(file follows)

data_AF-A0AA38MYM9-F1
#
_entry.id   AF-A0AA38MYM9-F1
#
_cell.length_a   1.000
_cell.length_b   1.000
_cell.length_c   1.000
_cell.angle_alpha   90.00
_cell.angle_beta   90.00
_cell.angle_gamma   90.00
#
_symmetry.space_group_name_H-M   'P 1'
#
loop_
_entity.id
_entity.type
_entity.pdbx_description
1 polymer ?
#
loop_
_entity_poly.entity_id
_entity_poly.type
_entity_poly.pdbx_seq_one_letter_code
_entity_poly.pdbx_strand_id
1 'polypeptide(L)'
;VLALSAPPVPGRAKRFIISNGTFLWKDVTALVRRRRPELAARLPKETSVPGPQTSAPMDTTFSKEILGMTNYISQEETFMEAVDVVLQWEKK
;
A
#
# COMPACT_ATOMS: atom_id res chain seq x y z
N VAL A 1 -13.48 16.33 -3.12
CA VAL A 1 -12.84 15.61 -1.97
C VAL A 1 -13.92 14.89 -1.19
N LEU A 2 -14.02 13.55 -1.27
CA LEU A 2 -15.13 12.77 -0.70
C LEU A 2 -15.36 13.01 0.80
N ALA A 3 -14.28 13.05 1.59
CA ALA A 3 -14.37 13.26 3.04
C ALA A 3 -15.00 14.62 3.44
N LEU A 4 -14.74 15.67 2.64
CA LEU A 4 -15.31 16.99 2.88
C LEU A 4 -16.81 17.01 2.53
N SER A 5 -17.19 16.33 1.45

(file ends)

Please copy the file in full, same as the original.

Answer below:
data_AF-A0AA38MYM9-F1
#
_entry.id   AF-A0AA38MYM9-F1
#
_cell.length_a   1.000
_cell.length_b   1.000
_cell.length_c   1.000
_cell.angle_alpha   90.00
_cell.angle_beta   90.00
_cell.angle_gamma   90.00
#
_symmetry.space_group_name_H-M   'P 1'
#
loop_
_entity.id
_entity.type
_entity.pdbx_description
1 polymer ?
#
loop_
_entity_poly.entity_id
_entity_poly.type
_entity_poly.pdbx_seq_one_letter_code
_entity_poly.pdbx_strand_id
1 'polypeptide(L)'
;VLALSAPPVPGRAKRFIISNGTFLWKDVTALVRRRRPELAARLPKETSVPGPQTSAPMDTTFSKEILGMTNYISQEETFMEAVDVVLQWEKK
;
A
#
# COMPACT_ATOMS: atom_id res chain seq x y z
N VAL A 1 -13.48 16.33 -3.12
CA VAL A 1 -12.84 15.61 -1.97
C VAL A 1 -13.92 14.89 -1.19
N LEU A 2 -14.02 13.55 -1.27
CA LEU A 2 -15.13 12.77 -0.70
C LEU A 2 -15.36 13.01 0.80
N ALA A 3 -14.28 13.05 1.59
CA ALA A 3 -14.37 13.26 3.04
C ALA A 3 -15.00 14.62 3.44
N LEU A 4 -14.74 15.67 2.64
CA LEU A 4 -15.31 16.99 2.88
C LEU A 4 -16.81 17.01 2.53
N SER A 5 -17.19 16.33 1.45